During the campaign of 1800 additional strains appeared and here the beginnings of deceitful exaggeration can be seen  as the “Democratic-Republican” party of Jefferson was tarred in violence and anarchy, and the members of the “Federalist” party, including Adams, were branded monarchists.  In another eerie parallel to politicking today, both party camps slandered the other in the media with baseless claims and sometimes vicious attacks.  The Democratic-Republican party took aim calling Adams a “bald, toothless, hermaphroditical character”, and the Federalists (republicans today) went with the fear factor claiming that if Jefferson was elected “Murder, robbery, rape, adultery, and incest will be openly taught and practiced, the air will be rent with the cries of the distressed, the soil will be soaked with blood, and the nation black with crimes”.

Despite very different political views and Jefferson’s defeat of Adams in that election, Jefferson wrote to Abigail “I can say with truth that one act of Mr. Adams’s life, and one only, ever gave me a moment’s personal displeasure”.  Continuing “I did consider his last appointments to office as personally unkind.  They were amoung my most ardent political enemies, from whom no faithful cooperation could ever be expected.”  The two friends did not communicate for 10 years following. 

Abigail did not communicate with her friend during that time, with one exception.  The death of Jefferson ‘ daughter, brought forth sympathy and she began writing again letters in which they offered mutual support as Abigail had also lost her eldest daughter Nabby.  But even their shared grief could not keep their disagreements from driving them back apart.  After a flurry of letters, they ceased communication again.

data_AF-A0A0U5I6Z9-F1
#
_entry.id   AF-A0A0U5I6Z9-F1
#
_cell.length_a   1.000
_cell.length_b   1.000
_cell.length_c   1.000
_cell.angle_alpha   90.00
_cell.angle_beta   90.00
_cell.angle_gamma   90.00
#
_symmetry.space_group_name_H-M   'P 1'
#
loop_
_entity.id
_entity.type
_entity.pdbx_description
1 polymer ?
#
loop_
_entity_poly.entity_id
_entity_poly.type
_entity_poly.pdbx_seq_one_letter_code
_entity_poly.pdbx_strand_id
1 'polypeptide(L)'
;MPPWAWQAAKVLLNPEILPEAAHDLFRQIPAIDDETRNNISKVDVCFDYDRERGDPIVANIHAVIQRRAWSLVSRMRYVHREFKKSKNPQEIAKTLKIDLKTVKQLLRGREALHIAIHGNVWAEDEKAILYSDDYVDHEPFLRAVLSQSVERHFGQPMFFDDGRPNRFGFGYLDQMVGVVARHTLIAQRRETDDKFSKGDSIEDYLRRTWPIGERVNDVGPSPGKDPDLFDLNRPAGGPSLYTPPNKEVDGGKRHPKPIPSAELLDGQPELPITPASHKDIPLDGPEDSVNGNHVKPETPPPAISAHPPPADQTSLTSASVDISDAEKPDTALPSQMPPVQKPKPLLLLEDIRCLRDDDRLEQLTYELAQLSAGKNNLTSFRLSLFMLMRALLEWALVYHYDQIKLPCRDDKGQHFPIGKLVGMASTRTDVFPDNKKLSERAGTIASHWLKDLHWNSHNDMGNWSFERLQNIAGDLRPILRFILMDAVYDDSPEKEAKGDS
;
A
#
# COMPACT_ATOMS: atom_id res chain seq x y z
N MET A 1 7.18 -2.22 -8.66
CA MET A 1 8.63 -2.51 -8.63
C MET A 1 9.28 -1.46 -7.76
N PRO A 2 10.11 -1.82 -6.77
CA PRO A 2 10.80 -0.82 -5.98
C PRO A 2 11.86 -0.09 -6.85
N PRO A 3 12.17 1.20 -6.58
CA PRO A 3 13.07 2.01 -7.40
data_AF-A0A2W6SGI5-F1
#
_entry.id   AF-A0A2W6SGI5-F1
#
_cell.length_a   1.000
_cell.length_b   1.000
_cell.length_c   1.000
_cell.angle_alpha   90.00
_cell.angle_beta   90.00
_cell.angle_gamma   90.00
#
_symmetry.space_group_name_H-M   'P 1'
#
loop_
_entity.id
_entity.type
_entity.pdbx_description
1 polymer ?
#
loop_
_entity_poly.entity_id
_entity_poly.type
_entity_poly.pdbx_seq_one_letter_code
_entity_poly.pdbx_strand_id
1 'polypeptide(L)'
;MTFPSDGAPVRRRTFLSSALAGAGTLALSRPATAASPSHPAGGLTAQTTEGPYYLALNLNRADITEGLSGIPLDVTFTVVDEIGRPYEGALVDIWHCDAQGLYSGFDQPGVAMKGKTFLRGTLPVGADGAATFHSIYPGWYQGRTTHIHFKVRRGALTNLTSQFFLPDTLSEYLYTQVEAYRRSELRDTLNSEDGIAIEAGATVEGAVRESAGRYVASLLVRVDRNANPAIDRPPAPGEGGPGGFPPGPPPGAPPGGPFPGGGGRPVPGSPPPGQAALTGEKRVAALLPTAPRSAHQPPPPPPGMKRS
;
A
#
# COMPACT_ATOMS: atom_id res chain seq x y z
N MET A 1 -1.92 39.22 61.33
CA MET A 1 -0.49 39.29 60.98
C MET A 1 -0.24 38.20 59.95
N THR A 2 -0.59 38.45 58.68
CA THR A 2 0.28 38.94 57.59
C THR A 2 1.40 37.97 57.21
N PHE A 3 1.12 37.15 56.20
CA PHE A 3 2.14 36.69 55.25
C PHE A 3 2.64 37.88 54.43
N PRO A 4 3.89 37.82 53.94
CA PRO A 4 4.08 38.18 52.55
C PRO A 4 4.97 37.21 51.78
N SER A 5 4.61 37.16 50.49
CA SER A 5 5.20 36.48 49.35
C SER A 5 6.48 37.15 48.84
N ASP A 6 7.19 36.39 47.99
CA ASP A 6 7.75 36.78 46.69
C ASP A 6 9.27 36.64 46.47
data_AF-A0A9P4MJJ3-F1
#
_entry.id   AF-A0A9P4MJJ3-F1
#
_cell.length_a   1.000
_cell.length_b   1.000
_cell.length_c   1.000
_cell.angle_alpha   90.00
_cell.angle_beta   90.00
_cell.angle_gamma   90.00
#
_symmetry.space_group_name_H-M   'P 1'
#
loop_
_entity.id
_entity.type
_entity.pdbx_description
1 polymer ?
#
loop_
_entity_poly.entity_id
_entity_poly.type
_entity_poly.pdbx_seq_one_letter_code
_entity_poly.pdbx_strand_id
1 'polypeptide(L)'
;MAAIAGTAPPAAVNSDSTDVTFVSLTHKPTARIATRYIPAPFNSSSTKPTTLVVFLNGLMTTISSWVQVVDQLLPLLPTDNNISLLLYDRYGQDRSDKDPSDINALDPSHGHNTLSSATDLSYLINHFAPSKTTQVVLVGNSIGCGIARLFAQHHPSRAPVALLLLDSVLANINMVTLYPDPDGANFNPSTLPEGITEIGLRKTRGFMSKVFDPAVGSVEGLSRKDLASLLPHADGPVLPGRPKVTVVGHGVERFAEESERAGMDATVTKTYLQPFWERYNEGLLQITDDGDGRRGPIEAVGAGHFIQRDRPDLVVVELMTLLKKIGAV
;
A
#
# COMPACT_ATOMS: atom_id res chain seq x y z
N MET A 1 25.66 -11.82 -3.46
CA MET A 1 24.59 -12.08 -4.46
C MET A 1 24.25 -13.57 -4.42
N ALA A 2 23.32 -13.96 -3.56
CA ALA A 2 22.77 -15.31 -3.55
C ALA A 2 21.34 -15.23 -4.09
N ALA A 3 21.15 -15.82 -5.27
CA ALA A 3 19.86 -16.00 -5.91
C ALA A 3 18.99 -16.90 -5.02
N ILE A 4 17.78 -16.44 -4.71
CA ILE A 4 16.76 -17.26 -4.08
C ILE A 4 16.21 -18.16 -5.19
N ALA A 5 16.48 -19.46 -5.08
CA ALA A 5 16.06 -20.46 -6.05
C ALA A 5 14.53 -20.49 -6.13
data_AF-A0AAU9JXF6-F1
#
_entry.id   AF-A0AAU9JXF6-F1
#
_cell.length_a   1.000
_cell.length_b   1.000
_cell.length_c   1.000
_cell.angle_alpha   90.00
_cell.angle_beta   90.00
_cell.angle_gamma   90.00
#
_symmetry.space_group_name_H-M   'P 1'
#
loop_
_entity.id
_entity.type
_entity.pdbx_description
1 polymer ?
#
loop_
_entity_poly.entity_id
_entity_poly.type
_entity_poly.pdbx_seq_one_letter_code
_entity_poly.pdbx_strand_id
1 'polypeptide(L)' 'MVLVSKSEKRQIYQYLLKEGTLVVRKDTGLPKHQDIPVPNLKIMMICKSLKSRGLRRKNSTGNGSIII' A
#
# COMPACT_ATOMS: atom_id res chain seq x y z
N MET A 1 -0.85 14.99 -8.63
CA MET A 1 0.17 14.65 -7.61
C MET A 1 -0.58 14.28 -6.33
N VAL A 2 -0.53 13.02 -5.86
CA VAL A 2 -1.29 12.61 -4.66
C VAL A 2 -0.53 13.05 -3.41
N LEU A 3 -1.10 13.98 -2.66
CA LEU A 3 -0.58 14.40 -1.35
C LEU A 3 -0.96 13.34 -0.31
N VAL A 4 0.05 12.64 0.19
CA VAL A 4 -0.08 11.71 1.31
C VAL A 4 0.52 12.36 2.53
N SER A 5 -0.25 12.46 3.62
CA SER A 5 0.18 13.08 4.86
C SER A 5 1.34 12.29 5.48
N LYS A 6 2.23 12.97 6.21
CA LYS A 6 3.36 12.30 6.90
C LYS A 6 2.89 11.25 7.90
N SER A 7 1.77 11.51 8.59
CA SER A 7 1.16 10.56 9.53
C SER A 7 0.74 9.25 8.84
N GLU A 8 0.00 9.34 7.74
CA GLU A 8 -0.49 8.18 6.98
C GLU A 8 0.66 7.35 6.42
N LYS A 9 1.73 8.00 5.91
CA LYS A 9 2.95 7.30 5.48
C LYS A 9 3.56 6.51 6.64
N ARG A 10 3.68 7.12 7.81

For 10 years Jefferson and Adams ceased writing to each other.  Benjamin Rush, the preeminent physician of the time and signer of the Declaration of Independence tried and failed for two years to bring the estranged friends back together.  It wasn’t until one of Jefferson’s neighbor’s reported hearing Adams speak fondly of him that he decided to renew their friendship.

Jefferson wrote to Benjamin Rush; “But with a man possessing so many other estimable qualities, why should we be dissocialized by mere differences in opinion in politics, in religion, in philosophy, or anything else?  His opinions are as honestly formed as my own.”  The two men renewed their friendship and reveled in it for the rest of their lives.

The end for both men came within hours of each other on the same day; July 4th, 1826, the fiftieth anniversary of the signing of the Declaration of Independence.  From first hand accounts, it is possible that the two men actually fought off death until they reached that day.  Would it have been that the story of their lives and the symbolism of the date of their deaths would serve as a reminder to abstain from the destructive practice of partisan slander, and to act only in the honest debate that might improve the imperfect government they helped form.  The act which might render the Declaration of Independence, as Jefferson wrote of it in his final letter; “the Signal of arousing men to burst the chains, under which monkish ignorance and superstition had persuaded them to bind themselves, and to assume the blessings & security of self-government. that form which we have substituted, restores the free right to the unbounded exercise of reason and freedom of opinion. all eyes are opened, or opening, to the rights of man. the general spread of the light of science has already laid open to every view. the palpable truth, that the mass of mankind has not been born with saddles on their backs, nor a favored few booted and spurred, ready to ride them legitimately, by the grace of god. these are grounds of hope for others. for ourselves, let the annual return of this day forever refresh our recollections of these rights, and an undiminished devotion to them.” (To General Weightman, mayor, Washington D.C.)